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Is there a jUnit parallel to NUnit's CollectionAssert?

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3 Answers 3

up vote 86 down vote accepted

Using JUnit 4.4 you can use assertThat() together with the Hamcrest code (don't worry, it's shipped with JUnit, no need for an extra .jar) to produce complex self-describing asserts including ones that operate on collections:

import static org.junit.Assert.assertThat;
import static org.junit.matchers.JUnitMatchers.*;
import static org.hamcrest.CoreMatchers.*;

List<String> l = Arrays.asList("foo", "bar");
assertThat(l, hasItems("foo", "bar"));
assertThat(l, not(hasItem((String) null)));
assertThat(l, not(hasItems("bar", "quux")));
// check if two objects are equal with assertThat()

// the following three lines of code check the same thing.
// the first one is the "traditional" approach,
// the second one is the succinct version and the third one the verbose one 
assertEquals(l, Arrays.asList("foo", "bar")));
assertThat(l, is(Arrays.asList("foo", "bar")));
assertThat(l, is(equalTo(Arrays.asList("foo", "bar"))));

Using this approach you will automagically get a good description of the assert when it fails.

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Ooh, I hadn't realised hamcrest had made it into the junit distro. Go Nat! – skaffman Jul 6 '09 at 12:49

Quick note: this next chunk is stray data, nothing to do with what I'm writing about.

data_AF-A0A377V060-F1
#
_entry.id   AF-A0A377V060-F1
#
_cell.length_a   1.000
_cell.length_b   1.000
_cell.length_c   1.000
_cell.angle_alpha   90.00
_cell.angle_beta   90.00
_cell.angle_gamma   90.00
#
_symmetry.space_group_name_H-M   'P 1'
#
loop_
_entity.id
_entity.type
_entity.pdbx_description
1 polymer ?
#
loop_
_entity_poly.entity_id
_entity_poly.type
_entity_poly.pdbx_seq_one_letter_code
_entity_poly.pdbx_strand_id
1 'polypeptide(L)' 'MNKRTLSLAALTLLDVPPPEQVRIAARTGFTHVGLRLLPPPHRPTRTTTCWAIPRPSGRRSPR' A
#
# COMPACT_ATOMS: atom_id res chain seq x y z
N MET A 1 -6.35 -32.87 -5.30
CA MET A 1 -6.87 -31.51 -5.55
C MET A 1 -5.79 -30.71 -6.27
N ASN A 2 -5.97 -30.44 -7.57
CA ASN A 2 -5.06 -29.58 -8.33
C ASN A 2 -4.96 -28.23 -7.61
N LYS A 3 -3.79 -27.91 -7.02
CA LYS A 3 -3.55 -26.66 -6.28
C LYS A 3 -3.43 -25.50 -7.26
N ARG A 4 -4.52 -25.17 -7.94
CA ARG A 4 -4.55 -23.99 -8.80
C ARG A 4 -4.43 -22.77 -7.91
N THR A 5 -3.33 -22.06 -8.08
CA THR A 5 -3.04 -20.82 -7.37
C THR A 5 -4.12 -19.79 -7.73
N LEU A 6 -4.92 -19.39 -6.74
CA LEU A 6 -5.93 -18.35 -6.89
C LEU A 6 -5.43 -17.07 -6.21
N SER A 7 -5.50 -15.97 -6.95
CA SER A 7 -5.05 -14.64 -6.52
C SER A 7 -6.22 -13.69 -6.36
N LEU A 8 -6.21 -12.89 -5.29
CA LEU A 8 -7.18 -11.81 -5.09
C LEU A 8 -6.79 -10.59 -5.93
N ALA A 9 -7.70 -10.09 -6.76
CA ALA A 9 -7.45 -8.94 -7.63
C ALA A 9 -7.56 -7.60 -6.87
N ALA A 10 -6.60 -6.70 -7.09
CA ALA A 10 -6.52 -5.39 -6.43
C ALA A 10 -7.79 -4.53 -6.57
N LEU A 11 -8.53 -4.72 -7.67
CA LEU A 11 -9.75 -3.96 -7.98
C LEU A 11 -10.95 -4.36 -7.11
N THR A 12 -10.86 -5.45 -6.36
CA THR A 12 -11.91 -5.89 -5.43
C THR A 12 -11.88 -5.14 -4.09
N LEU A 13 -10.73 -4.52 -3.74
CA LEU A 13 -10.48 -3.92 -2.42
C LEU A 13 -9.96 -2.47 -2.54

If I want to assert l is composed of items ("foo", "bar"), but no other items exists - is there some easy syntax for that? – ripper234 Jul 6 '09 at 12:57
Use the above code snippet and throw in an additional assertTrue(l.size() == 2) – aberrant80 Jul 6 '09 at 13:12
Meh, ugly. In NUnit that's CollectionAssert.AreEqual( Collection expected, Collection actual ); – ripper234 Jul 6 '09 at 14:08
Google have found another Stackoverflow answer that I was looking for! – Mykola Golubyev Aug 6 '09 at 15:15

Take a look at FEST Fluent Assertions. IMHO they are more convenient to use than Hamcrest (and equally powerful, extensible etc) and have better IDE support thanks to fluent interface. See

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Not directly, no. I suggest the use of Hamcrest, which provides a rich set of matching rules which integrates nicely with jUnit (and other testing frameworks)

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This does not compile for some reason (see ArrayList<Integer> actual = new ArrayList<Integer>(); ArrayList<Integer> expected = new ArrayList<Integer>(); actual.add(1); expected.add(2); assertThat(actual, hasItems(expected)); – ripper234 Jul 7 '09 at 15:23

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